When you first start writing manuscripts for publication you may think that one or two revision rounds will be required before the paper is ready. You send your `final version` to your supervisor expecting to receive it back with only minor comments and be able to submit it soon. In reality, however, it may take 20 more revision rounds and six more months before you can push the submit button.
Needing a lot of revision rounds does not mean you cannot write
The many revision rounds and your writing struggles are not evidence that you are not a writer and cannot write. Writing is a skill that you can develop, not a personality trait. Those struggles are just normal steps in the writing process. Everyone is struggling. It is important for beginning academics to know that everyone writes 20 or 30 drafts, and everyone gets hundreds of comments back from supervisors and/or coauthors. Lots of revisions and comments are normal.
Remember that your advisor is also investing time in those revisions. So, while it is intimidating, it shows that they care about helping you hone your skills and that your career is important and worth their time and effort. You should take lengthy comments and lots of comments and suggestions positively. All those comments are, in fact, a sign that they care about you and your work. Constructive feedback is support.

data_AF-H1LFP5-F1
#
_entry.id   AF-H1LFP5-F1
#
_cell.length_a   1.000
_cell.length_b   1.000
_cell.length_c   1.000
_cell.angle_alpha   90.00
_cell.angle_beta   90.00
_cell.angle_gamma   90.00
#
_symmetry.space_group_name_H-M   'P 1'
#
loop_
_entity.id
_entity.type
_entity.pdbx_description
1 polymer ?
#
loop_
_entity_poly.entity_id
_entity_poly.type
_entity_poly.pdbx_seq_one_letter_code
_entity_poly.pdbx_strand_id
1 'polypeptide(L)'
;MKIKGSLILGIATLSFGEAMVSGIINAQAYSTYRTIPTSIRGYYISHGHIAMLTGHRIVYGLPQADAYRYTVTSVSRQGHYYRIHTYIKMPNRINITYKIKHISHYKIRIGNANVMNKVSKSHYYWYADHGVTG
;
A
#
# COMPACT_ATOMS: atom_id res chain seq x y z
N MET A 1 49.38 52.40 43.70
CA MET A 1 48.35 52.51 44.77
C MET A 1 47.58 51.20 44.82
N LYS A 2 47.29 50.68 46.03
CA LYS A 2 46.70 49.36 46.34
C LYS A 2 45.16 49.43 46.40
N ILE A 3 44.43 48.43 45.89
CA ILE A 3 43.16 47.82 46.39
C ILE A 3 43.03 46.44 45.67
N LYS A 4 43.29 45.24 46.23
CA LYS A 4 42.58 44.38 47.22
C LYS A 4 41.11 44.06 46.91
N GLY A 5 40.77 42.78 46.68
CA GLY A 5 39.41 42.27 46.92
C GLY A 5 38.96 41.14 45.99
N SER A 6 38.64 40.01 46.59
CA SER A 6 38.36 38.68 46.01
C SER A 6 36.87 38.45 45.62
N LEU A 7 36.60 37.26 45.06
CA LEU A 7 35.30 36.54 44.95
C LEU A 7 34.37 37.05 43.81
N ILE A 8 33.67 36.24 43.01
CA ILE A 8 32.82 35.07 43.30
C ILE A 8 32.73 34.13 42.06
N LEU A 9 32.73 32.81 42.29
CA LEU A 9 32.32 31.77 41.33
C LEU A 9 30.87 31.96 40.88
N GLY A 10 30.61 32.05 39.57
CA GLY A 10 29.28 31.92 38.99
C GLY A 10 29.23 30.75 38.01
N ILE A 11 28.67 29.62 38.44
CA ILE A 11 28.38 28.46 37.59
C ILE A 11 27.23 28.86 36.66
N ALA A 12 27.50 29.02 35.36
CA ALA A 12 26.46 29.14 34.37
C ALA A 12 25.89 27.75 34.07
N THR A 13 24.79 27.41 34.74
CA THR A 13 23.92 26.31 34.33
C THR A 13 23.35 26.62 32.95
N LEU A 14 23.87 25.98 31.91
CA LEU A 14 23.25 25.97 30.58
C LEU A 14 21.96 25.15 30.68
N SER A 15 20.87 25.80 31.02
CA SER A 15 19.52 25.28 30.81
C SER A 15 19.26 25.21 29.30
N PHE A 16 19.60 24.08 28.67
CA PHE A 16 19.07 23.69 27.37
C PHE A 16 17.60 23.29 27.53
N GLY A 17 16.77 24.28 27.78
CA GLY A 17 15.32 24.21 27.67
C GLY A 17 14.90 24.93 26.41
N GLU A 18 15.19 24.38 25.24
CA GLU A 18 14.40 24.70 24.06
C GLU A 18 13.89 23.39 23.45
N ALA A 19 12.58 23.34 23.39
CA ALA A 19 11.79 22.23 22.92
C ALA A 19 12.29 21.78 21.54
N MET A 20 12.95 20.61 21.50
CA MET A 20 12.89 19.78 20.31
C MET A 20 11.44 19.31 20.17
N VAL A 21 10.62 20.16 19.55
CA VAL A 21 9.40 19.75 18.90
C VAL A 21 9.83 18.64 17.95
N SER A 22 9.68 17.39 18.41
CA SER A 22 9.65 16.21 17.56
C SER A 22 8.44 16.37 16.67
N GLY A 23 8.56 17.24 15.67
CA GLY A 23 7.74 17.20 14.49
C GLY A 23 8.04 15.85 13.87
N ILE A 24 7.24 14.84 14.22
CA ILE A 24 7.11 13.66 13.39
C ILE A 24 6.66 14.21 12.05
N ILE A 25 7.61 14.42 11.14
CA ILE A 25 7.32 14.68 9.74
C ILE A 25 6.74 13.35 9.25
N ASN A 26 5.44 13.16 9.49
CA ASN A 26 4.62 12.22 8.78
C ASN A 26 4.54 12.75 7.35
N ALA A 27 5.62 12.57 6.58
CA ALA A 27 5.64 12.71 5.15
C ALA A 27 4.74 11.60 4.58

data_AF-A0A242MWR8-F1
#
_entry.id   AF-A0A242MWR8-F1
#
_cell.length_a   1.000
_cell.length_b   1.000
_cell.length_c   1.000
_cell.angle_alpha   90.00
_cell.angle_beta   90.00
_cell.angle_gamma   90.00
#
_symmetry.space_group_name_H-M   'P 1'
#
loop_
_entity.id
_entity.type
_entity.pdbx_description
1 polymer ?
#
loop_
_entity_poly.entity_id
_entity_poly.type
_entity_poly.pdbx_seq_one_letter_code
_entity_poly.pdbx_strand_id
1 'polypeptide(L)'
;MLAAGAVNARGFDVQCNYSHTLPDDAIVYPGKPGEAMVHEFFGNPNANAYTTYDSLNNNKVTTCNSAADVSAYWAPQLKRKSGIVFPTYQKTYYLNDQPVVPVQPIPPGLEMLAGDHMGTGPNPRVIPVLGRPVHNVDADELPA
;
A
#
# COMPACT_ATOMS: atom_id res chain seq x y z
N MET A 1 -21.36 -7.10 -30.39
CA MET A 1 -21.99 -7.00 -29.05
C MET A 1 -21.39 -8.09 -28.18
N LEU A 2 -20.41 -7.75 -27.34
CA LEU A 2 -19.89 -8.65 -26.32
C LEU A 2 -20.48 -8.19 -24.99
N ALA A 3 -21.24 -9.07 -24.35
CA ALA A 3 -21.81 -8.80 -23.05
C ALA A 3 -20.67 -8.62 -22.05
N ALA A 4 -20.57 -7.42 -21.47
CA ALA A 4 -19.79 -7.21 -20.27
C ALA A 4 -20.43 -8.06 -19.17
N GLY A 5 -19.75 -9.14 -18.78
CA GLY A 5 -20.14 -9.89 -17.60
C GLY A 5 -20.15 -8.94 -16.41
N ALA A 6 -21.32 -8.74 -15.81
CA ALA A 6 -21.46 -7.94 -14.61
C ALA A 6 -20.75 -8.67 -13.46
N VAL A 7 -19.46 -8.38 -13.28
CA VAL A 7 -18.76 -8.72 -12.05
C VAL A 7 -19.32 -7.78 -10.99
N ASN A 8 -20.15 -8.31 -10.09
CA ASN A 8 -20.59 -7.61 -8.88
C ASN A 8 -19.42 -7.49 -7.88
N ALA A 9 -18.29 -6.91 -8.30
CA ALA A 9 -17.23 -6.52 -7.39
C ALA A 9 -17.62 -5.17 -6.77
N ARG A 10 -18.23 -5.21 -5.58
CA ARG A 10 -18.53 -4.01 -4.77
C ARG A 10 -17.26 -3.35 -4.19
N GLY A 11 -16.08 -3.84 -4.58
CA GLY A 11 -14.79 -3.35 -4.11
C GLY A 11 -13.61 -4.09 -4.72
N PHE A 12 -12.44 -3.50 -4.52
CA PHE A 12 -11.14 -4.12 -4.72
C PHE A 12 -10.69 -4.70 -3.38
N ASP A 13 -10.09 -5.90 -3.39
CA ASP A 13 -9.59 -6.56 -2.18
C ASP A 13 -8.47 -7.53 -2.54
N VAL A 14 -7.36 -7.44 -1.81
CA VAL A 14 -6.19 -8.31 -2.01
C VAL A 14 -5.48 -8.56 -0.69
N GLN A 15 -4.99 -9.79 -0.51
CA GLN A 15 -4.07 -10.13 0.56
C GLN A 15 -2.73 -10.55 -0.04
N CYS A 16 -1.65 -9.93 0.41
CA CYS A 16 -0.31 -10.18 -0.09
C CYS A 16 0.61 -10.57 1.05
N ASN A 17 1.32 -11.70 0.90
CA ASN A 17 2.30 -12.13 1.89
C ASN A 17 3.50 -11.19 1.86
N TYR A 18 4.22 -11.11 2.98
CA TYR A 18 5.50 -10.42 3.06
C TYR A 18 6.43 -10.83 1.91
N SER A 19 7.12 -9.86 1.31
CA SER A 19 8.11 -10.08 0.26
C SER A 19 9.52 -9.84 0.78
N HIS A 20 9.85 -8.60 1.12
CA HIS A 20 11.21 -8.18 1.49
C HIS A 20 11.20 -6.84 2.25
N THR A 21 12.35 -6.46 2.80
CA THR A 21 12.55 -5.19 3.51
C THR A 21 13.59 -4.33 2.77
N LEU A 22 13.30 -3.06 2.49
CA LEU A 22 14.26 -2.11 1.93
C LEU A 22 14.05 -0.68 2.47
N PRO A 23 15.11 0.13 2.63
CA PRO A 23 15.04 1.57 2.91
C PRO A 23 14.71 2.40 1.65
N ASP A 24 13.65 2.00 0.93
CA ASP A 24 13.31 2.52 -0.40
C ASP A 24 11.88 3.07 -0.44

Seasoned writers, such as your supervisor, also write 20 drafts of a manuscript, a grant application, etc. But they do it before they send it to their coauthors for their comments, so nobody sees all those drafts. It is not a question of right or wrong. It is just part of the process.
`Accept all changes` is the enemy of learning
It would be wise for supervisors to put all suggestions in the comments in the margin (preferably on paper!) and not in the track changes because the `accept all changes` button does not teach the writer anything. For teaching, it is required to talk about why a particular change is suggested. This costs more time and effort from the supervisor but will be beneficial to both. Only when time is short, such as when a deadline is approaching for a manuscript that really is nearly finished, track changes can be used to speed up the process.
Another reason why using track changes in combination with the `accept all changes` option is not advisable is that not all suggested changes may need to be incorporated. A more mature writer should be able to choose not to include a proposed edit and to clearly defend that decision.
Revisions after submitting your manuscript
After submitting your manuscript to a journal for publication you will likely encounter one or more rounds of revision, depending on the suggestions by the reviewers. Those revisions will further improve your article. You can read about that type of revision and how to handle it here.
If you need help with any part of the writing process, check the other blogs I wrote.